—The deacons know the church as few others do. They know the history, know who has a record of stirring up strife, and have experience in dealing with previous issues. They know what the congregation will stand for and where to draw the line.
—The deacons stay. Deacons do not come and go as we pastors often do. No one can accuse them of being on an ego trip, of trying to build a reputation, or using this church as a means of getting a bigger church.
Suggestions on how God’s troubleshooters should go about dealing with troublemakers…
First, once it becomes obvious that someone is stirring up strife, deacons who learn of this should consult with the pastor. Make sure of what you are doing. If you wade into the situation without knowing the facts, you could end up defending the wrong person, attacking someone doing right.
Second, with the approval of the pastor, in most cases a couple of deacons will want to make an impromptu visit with the instigator of the problem. (Note: two deacons; do not go alone.)
Do not try to make an appointment. Just drop in. You’re only going to be there for a few minutes. In many cases, the dissenter will try to avoid you if you call for an appointment. Or they’ll insist on knowing the details over the phone.
Third. In the visit, ask the person to tell you why he/she is unhappy and spreading the dissent. You want to hear them out. In some cases, they have a legitimate gripe and you will need to have to do something about it.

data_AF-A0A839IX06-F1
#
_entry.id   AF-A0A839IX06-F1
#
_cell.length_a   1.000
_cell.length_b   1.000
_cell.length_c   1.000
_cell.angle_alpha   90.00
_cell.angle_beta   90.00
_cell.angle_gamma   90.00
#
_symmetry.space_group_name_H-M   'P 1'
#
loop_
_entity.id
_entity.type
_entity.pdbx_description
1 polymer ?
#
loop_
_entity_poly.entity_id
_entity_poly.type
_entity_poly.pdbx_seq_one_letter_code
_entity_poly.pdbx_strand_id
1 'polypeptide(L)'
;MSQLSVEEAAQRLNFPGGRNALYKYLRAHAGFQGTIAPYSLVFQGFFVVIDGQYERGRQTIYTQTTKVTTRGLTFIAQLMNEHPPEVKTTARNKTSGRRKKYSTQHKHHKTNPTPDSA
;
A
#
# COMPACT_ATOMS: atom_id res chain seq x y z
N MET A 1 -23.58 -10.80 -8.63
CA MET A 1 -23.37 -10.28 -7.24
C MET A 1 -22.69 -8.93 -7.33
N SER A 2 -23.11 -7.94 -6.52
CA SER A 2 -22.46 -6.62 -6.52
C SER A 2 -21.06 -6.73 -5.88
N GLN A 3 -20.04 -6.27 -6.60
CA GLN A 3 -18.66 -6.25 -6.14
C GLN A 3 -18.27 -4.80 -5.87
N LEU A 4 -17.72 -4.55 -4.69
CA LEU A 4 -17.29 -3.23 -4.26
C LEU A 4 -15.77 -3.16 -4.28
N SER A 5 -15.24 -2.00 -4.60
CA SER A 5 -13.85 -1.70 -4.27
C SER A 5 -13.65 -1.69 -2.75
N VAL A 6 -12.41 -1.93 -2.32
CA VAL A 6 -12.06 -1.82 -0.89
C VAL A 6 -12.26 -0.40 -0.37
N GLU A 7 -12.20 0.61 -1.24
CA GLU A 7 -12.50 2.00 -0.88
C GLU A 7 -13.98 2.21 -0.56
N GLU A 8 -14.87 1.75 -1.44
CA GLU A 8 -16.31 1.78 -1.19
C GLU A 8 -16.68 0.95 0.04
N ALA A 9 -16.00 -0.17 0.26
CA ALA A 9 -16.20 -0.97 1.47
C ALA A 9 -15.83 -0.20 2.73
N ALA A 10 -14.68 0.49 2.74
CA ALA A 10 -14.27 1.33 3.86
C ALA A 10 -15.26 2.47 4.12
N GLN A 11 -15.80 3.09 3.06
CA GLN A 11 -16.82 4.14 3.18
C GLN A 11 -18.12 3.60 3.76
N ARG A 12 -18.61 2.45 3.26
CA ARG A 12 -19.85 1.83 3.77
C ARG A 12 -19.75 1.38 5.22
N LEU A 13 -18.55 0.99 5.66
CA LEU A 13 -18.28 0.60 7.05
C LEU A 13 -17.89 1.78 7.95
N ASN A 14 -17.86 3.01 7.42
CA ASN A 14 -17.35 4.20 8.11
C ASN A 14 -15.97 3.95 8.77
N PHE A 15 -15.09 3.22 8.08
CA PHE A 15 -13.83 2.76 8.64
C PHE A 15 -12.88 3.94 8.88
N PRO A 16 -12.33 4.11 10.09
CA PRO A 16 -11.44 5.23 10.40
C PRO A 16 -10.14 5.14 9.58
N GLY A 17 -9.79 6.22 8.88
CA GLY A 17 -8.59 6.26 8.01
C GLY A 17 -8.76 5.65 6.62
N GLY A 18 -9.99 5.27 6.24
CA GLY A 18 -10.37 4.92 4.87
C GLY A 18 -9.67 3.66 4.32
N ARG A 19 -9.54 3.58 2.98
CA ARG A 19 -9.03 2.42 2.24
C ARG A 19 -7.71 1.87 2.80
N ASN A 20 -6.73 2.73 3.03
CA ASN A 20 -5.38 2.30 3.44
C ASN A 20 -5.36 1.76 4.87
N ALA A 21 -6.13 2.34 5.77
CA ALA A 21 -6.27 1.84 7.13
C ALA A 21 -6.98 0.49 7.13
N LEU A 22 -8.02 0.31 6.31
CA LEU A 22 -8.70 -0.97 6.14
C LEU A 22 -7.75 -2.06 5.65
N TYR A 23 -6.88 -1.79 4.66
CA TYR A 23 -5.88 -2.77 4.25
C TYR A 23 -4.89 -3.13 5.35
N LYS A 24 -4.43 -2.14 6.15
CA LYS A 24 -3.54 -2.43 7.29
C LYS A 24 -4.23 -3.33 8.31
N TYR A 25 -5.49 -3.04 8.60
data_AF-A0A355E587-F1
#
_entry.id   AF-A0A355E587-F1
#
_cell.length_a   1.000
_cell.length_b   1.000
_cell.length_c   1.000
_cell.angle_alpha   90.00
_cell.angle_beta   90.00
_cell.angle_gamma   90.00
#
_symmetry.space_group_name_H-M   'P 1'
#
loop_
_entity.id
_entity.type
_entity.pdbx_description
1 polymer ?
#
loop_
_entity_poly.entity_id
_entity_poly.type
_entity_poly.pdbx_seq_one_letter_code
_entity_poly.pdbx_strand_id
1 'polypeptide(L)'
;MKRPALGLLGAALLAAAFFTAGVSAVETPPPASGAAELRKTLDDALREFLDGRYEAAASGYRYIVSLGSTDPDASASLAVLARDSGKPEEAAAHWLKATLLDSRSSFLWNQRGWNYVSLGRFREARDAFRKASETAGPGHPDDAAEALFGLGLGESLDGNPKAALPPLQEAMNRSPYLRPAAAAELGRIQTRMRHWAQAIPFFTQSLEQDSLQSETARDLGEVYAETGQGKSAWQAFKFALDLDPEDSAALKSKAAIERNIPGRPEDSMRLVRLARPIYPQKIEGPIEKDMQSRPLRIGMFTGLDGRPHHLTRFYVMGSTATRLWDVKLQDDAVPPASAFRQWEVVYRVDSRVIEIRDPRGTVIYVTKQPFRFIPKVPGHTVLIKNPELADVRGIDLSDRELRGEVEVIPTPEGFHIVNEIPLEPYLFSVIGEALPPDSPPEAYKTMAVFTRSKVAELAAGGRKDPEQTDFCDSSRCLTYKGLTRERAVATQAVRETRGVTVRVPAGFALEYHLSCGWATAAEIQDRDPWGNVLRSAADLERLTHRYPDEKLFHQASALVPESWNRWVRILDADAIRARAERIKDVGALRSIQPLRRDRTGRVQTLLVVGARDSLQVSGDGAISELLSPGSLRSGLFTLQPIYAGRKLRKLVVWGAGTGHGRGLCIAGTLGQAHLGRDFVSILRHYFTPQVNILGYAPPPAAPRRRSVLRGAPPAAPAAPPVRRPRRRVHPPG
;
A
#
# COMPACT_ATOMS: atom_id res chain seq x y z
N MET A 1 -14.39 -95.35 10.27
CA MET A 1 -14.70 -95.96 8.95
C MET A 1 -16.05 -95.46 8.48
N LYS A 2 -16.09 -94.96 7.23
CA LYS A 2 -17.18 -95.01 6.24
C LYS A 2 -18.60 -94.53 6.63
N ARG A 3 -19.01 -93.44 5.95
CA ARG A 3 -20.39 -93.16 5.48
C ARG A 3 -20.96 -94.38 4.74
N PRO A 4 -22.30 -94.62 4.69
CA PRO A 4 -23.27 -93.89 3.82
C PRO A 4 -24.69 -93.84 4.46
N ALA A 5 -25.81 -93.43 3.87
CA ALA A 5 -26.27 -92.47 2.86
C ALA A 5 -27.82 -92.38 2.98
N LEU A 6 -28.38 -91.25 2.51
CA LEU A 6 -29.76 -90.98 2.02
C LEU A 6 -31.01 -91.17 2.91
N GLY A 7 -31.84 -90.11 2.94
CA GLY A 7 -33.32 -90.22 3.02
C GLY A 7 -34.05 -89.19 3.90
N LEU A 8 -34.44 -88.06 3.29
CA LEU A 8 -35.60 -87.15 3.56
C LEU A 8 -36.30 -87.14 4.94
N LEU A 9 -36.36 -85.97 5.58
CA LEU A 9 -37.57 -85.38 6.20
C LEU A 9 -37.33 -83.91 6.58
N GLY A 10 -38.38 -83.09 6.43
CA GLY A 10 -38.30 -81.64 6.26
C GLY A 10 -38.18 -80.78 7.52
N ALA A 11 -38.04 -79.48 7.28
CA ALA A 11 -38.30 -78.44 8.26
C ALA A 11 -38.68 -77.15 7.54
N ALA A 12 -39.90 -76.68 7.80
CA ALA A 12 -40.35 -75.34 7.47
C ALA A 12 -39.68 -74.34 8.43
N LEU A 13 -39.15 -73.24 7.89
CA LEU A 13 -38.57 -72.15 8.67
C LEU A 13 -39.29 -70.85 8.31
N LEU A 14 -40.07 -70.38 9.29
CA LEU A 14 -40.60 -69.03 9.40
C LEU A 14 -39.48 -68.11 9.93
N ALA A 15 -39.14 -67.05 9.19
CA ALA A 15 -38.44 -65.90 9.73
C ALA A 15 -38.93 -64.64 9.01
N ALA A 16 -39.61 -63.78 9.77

Fourth. At the end of your visit, assure them you will be back shortly. Have a brief prayer and leave.
Fifth. Report to the pastor and deal with the issue if it can be addressed. Then, report to the individual. Pray with them and ask them to help you spread unity in the congregation.
Sixth. If the individual is in the wrong with his/her dissent, give them the right information. Then, ask them to spread their unhappiness no further for the sake of the Lord’s work.
Concepts to keep in mind as you work with those stirring up trouble in the church…
One. Unity is a far bigger deal to our Lord than it is to us (to our shame). See Ephesians 4. In John 17:21,23 our Lord tied the unity of His people to evangelism. “That the world may believe.” When a church is divided, its evangelistic efforts come to naught.
Two. In a congregation of many people, no one gets their way all the time. There is always discussion and prayer and then a decision is made. Those who did not get their way should support the will of the majority.
Three. Ephesians 5:21 says, “Submit yourselves to one another in the fear of the Lord.” This simply means we should respect and love each other to the point that we do not insist on getting our own way. The rule is this: The stronger submits to the weaker. Simply stated, the weaker is not able to submit, but will demand his/her own way like a tempermental four-year-old. Only the stronger can put his own preference in the background and let others have their way even when he disagrees.
Four. The exception to letting others have their own way is when something really huge is at stake. If the gospel message (or a key doctrine such as the Virgin Birth, the Trinity, Salvation by Grace, inspiration of the Scriptures) is on the line, we draw a line in the sand and take our stand. But 99 percent of the divisive issues in our churches are concerned with lesser matters.
Five. Writing to the much-divided church at Corinth, the Apostle Paul said, “Why not rather accept wrong?” (I Corinthians 6:7). That is, rather than tear up the fellowship of a church in order to settle a grievance, why not go ahead and let yourself be wronged and go forward. Take one for the team, as we say.
Only the strong can do that.
Deacons will sometimes have the opportunity to teach such concepts to the congregation. When they do, they help God’s people make giant strides toward maturity and effectiveness.